Superintendent calls for changes in letter to community

Chris Gdowski said he’s had enough of writing the standard “mass school shooting letters,” so he took a different approach in his latest post.

DENVER — Sadly, school leaders have written too many letters to the community, following a mass shooting.

They express their outrage and grief, the resources they will bring, the added security, etc.

But, a local superintendent said he was frustrated, writing the same words over and over again as gun violence in schools appeared to be on the rise.

“Dear Five Star Community, I can’t bring myself to write or endorse another one of the ‘Mass School Shooting Letters‘ that we, and school districts across the country, have sent over the past 23 years. after the Columbine High School Shoot,” Superintendent Chris Gdowski said in a letter to the Adams 12 Five Star Schools community. “I suspect most of you stop reading these letters after the first paragraph because the content has become so familiar that most of us are able to recite the key points without reading them and are numb to them at the same time. time.”

For decades, the same words and sentiments have been recited after a mass shooting.

“We have to do something different so that we don’t just report horrible situations and hope that we’re going to limp and cry and things will be different in the future,” he said. “I think it’s time for us to raise those age limits for shotguns, rifles and assault weapons to 21.”

Feeling this pain and frustration more than ever, as gun violence in schools has worsened, Gdowski said it was time to make tangible changes.

“For whatever reason around school violence, we just have this attitude of desperation that we can’t do anything to change it or we have a pious wish that if we just have more law enforcement in the schools, or if we provide more youth mental health services that it’s just going to go away and I think we’ve done a lot of those things, we’ve had more law enforcement presence in our schools, in places of our state since Columbine,” he said. “We’re doing a lot in terms of mental health intervention and yet those things alone aren’t going to solve the problem any better than what we’ve seen over the past 20 last years and more. So a lot of frustration.”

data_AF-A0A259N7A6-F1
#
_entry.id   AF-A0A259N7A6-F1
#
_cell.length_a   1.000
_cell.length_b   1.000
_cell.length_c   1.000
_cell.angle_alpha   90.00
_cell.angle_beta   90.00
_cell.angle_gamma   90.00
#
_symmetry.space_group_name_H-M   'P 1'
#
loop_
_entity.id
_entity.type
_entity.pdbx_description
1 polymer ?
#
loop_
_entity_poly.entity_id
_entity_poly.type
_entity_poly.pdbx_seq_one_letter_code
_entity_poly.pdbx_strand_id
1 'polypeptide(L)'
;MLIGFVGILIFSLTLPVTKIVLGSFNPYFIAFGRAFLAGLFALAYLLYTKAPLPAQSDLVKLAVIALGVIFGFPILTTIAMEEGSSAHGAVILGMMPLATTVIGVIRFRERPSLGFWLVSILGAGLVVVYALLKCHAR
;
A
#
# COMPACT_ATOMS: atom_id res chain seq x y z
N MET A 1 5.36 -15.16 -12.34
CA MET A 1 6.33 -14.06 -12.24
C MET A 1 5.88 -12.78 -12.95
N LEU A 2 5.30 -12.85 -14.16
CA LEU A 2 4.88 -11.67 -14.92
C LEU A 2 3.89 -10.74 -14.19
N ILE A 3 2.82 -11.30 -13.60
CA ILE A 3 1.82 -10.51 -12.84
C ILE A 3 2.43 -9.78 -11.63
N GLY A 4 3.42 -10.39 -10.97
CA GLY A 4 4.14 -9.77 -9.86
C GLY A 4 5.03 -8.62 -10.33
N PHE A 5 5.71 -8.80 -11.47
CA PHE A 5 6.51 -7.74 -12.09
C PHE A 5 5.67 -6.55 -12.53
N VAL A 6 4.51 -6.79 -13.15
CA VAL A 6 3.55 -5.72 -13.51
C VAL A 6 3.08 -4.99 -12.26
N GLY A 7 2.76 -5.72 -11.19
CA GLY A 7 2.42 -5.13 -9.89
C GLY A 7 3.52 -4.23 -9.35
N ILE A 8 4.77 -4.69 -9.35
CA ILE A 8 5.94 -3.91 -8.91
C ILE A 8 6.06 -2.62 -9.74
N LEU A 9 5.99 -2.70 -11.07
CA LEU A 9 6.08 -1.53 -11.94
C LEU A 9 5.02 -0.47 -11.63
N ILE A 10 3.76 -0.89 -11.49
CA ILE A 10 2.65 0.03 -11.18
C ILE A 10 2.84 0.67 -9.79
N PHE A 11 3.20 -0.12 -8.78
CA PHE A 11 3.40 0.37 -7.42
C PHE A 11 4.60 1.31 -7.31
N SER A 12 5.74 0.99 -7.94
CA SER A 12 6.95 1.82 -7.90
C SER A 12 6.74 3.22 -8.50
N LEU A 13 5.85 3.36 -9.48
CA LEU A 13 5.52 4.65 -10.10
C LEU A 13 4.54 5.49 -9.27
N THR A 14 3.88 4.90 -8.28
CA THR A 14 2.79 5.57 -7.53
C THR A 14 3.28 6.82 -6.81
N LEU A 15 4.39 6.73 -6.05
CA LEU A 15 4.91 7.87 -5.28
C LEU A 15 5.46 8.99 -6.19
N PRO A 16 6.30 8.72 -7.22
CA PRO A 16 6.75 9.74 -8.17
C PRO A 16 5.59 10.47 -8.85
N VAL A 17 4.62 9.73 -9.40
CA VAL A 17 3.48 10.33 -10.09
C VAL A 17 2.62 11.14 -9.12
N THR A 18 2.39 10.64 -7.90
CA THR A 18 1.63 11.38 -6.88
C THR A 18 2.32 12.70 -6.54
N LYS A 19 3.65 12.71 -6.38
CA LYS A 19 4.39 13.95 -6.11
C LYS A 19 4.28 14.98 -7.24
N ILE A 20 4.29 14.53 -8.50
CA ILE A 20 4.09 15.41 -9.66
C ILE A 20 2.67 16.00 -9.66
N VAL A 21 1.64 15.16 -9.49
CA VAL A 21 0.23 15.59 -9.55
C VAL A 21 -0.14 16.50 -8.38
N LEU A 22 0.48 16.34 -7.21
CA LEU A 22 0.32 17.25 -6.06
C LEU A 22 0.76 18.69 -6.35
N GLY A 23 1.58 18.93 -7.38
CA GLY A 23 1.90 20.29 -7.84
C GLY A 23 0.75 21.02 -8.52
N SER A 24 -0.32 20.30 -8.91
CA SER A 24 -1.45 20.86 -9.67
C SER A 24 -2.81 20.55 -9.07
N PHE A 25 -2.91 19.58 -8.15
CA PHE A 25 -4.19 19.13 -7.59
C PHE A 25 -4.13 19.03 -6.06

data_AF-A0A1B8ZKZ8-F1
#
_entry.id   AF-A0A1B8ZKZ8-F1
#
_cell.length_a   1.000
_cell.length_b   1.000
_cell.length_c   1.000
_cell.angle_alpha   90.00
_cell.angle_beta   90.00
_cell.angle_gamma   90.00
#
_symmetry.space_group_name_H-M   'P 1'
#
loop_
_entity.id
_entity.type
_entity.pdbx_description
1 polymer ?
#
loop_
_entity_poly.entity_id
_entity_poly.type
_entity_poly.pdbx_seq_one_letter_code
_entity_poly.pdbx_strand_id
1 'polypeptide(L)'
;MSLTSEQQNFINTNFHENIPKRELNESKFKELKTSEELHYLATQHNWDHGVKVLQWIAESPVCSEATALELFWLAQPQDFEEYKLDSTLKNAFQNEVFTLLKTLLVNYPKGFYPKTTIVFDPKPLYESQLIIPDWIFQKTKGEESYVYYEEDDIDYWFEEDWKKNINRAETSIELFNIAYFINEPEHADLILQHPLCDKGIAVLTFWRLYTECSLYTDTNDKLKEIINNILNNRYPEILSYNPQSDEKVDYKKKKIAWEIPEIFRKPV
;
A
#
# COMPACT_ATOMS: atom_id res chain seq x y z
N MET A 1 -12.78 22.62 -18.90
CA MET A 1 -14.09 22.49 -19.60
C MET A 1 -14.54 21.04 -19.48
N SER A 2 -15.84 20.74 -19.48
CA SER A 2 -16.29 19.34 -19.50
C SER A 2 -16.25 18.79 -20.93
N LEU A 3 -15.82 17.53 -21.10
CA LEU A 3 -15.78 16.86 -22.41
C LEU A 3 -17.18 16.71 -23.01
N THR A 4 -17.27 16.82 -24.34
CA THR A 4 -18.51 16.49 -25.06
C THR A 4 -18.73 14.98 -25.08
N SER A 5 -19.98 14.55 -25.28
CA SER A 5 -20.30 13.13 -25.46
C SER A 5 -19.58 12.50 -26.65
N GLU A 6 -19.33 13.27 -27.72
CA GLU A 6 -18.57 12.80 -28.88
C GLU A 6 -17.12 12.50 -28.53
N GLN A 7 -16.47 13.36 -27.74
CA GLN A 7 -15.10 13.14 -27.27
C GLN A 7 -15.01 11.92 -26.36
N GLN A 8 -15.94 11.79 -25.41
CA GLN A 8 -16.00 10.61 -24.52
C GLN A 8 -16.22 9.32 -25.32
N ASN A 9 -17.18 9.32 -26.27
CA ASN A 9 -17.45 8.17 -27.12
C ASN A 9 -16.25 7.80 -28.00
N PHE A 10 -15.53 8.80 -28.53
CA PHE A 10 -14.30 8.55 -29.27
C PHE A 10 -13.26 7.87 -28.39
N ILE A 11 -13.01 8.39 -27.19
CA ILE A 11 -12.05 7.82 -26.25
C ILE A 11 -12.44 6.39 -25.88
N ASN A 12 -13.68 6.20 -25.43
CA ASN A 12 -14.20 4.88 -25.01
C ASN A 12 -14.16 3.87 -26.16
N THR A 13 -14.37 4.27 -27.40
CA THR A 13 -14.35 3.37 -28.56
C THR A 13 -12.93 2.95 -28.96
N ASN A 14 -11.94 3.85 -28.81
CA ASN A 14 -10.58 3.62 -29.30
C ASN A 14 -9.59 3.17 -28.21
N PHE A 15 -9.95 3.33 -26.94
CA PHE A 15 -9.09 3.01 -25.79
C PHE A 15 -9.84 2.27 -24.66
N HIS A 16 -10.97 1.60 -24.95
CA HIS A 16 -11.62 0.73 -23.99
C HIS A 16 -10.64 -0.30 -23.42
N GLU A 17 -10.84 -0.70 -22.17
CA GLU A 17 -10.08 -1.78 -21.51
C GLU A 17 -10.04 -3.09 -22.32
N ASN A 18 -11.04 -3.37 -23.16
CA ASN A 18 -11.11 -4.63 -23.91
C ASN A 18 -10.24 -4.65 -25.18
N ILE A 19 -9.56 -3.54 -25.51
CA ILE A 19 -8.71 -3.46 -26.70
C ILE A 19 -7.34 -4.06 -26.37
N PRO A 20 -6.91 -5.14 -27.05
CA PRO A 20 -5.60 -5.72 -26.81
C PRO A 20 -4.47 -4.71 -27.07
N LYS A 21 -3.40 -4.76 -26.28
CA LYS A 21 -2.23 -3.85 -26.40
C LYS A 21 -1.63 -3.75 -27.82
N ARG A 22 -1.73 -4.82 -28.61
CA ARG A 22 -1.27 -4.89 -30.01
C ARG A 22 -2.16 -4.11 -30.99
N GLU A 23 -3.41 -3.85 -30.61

Gdowski has served as superintendent for 13 years and said more security, lockdown drills and expanded mental health resources are necessary and needed to help prevent a tragedy in the future.

But he also thinks there is still a lot to do.

“The things we are doing to try to mitigate these situations are just not enough. They demand perfection on so many different aspects of human behavior that simply don’t exist. We will not always correctly assess a student’s threat risk. We’re going to have situations where someone leaves a door unlocked that should be locked. We’re going to have situations where communications are down, the law enforcement person on the scene is overrun by someone who has far superior firearms,” he said. “All measures mitigation that we have taken, it’s just not proven effective in preventing these kinds of incidents. We must go further than what we have done.

Her daughter was in kindergarten when the Columbine tragedy happened. He said he never imagined gun violence would only increase as his child prepares to have a child of his own.